The first stop of our adventure on Cunard’s Queen Elizabeth is Sitka. With a population of roughly 8,500 people, this town is nestled hugging Baranof Island’s west shore in the shadow of the impressive Mount Edgecumbe.

There’s a fascinating history about Sitka. The Tlingit people originally called the area Sheet’Ká, which means “people on the outside of Shee’.” It’s interesting to see how the name evolved over time. When the Russians arrived and claimed the area, they named it New Archangel, and it became the capital of Russian Alaska in 1808. Then, in 1867, Russia sold Alaska to the United States, and the transfer ceremony actually took place in Sitka on Baranof Castle State Historic Site.

Downtown Sitka sounds like a vibrant and culturally rich area. It offers a variety of attractions such as art galleries, a bookstore, gift shops, lodging options, and restaurants with beautiful views and local seafood. The Sitka Music Festival is a major event during the summer, adding to the lively atmosphere.

If you’re interested in exploring the city’s history and culture, you can pick up a map from the Sitka Visitor Information Center and take a walking tour. There are 22 buildings in Sitka that are listed on the National Register of Historic Places, including the Russian Blockhouse, Russian Bishop’s House, Princess Maksoutoff’s Grave, and Baranof Castle State Historic Site. These sites provide a glimpse into Sitka’s past and offer plenty of historical exploration opportunities.

The Russian Bishop’s House, built in 1842, is the oldest intact Russian building in Sitka. It served as a residence for the Bishop of the Orthodox Church and has been restored to its 1850s historic period. It is registered as a National Historic Landmark.

Baranof Castle State Historic Site, located on a hill overlooking downtown, was originally a stronghold of the Kiks.ádi Tlingit clan. It was later occupied by a series of Russian buildings from 1804 to 1867. On October 18, 1867, the Russians officially handed over Alaska to the United States at this site. Alaska Day, celebrated annually on October 18, commemorates this event. The site is managed by Alaska State Parks and is listed on the National Register of Historic Places.

St. Michael’s Cathedral, also located in downtown Sitka, is home to a significant collection of Russian Orthodox art and church treasures. The original cathedral, built between 1844 and 1848, was destroyed by fire in 1966 but has since been reconstructed. It is also listed on the National Register of Historic Places.

Sitka offers a wide range of outdoor activities for nature enthusiasts. Hiking is a popular activity, with numerous trails that take you through the lush rainforest and up into the mountains. The Tongass National Forest, the largest national forest in the United States, is home to many of these trails. The Sitka Ranger District Office can provide information and maps for hiking trails and camping.

For fishing enthusiasts, Sitka offers both freshwater and ocean fishing charters. Freshwater fly-fishing in the lakes and rivers of Sitka targets salmon, char, trout, and steelhead. Ocean fishing charters provide opportunities for world-class salmon and halibut fishing. There are several fishing lodges in Sitka that offer multi-day fishing itineraries with comfortable accommodations and meals.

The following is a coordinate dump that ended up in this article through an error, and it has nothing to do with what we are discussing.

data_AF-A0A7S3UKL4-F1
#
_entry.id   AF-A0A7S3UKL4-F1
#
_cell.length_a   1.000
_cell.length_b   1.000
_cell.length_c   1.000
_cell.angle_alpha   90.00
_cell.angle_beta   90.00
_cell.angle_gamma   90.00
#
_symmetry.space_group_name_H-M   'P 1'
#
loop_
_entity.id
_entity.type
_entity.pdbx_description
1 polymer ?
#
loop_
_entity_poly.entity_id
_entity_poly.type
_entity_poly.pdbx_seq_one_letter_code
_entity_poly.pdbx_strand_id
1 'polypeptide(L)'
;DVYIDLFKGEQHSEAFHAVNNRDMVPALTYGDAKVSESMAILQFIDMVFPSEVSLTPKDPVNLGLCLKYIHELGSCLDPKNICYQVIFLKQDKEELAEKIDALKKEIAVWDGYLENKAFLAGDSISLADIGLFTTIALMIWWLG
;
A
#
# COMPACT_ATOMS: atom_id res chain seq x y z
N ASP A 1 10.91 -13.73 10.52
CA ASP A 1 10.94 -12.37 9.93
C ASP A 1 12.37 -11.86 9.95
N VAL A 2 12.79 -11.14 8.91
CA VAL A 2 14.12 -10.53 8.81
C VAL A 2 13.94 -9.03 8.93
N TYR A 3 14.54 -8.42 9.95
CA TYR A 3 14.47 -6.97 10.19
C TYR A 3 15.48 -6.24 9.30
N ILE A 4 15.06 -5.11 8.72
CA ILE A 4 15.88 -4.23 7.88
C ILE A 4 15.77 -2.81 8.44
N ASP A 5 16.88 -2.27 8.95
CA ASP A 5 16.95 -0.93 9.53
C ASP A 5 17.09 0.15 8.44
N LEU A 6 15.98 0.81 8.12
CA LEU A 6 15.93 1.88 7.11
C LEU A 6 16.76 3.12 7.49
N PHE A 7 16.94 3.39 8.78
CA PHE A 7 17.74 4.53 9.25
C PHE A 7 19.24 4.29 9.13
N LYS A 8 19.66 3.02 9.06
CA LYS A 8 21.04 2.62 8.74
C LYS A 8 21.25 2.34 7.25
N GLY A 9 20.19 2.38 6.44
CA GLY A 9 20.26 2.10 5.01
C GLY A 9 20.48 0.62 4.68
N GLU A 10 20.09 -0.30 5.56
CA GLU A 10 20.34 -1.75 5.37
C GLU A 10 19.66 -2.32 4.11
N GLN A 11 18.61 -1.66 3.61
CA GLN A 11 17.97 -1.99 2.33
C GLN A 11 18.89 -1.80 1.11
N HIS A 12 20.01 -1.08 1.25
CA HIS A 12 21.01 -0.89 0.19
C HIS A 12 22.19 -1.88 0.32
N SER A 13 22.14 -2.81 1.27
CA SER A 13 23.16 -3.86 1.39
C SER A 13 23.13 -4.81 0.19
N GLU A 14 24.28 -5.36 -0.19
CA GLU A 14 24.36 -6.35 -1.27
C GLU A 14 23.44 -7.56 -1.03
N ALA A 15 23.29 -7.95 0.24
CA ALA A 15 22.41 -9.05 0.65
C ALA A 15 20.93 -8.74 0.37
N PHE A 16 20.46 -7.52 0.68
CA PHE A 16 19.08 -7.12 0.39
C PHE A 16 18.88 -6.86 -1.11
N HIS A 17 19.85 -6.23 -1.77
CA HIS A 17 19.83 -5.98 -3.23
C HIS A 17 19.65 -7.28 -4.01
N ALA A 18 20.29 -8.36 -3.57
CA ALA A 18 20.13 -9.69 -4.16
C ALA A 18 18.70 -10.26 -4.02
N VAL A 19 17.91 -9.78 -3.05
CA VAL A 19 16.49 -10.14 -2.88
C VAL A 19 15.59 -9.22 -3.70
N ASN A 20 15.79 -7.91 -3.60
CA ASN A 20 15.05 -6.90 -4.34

Whale watching is another popular activity in Sitka. The waters surrounding Sitka are home to humpback whales, sea otters, and puffins. There are various wildlife viewing cruises available, including catamaran tours, private yachts, sailboats, and zodiacs. If you prefer a more active experience, you can rent a kayak or join a guided tour to explore the protected coves and inlets.

If you’re interested in viewing marine wildlife from land, Whale Park is a great option. Located about 6 miles south of downtown Sitka, Whale Park features a boardwalk, a small sheltered picnic area, and free viewing scopes. It’s a fantastic spot to observe humpback whales and other marine wildlife.

Sitka offers a rich cultural experience with various opportunities to learn about the history and traditions of the Tlingit people, as well as the Russian and American influences in the area. The Sheet’ka Kwaan Naa Kahidi Community House is a great place to witness Tlingit dance performances and immerse yourself in their storytelling and cultural events. The New Archangel Dancers showcase Russian folk dances with authentic music, choreography, and costumes.

For those interested in museums and cultural centers, the Sheldon Jackson Museum houses one of the oldest ethnographic collections in Alaska, featuring a wide range of Alaska Native artifacts. The Sitka National Historical Park is home to a remarkable collection of totem poles carved by Tlingit and Haida artists, and the Sitka Cultural Center provides a unique opportunity to interact with local Alaska Native artists and learn about their traditions.

Lastly, the Sitka History Museum offers a comprehensive display of Sitka’s history, including exhibits on the Tlingit, Russian, and American influences. It’s a great place to gain a deeper understanding of the city’s past.

Stay tuned for our pictures from this amazing port!

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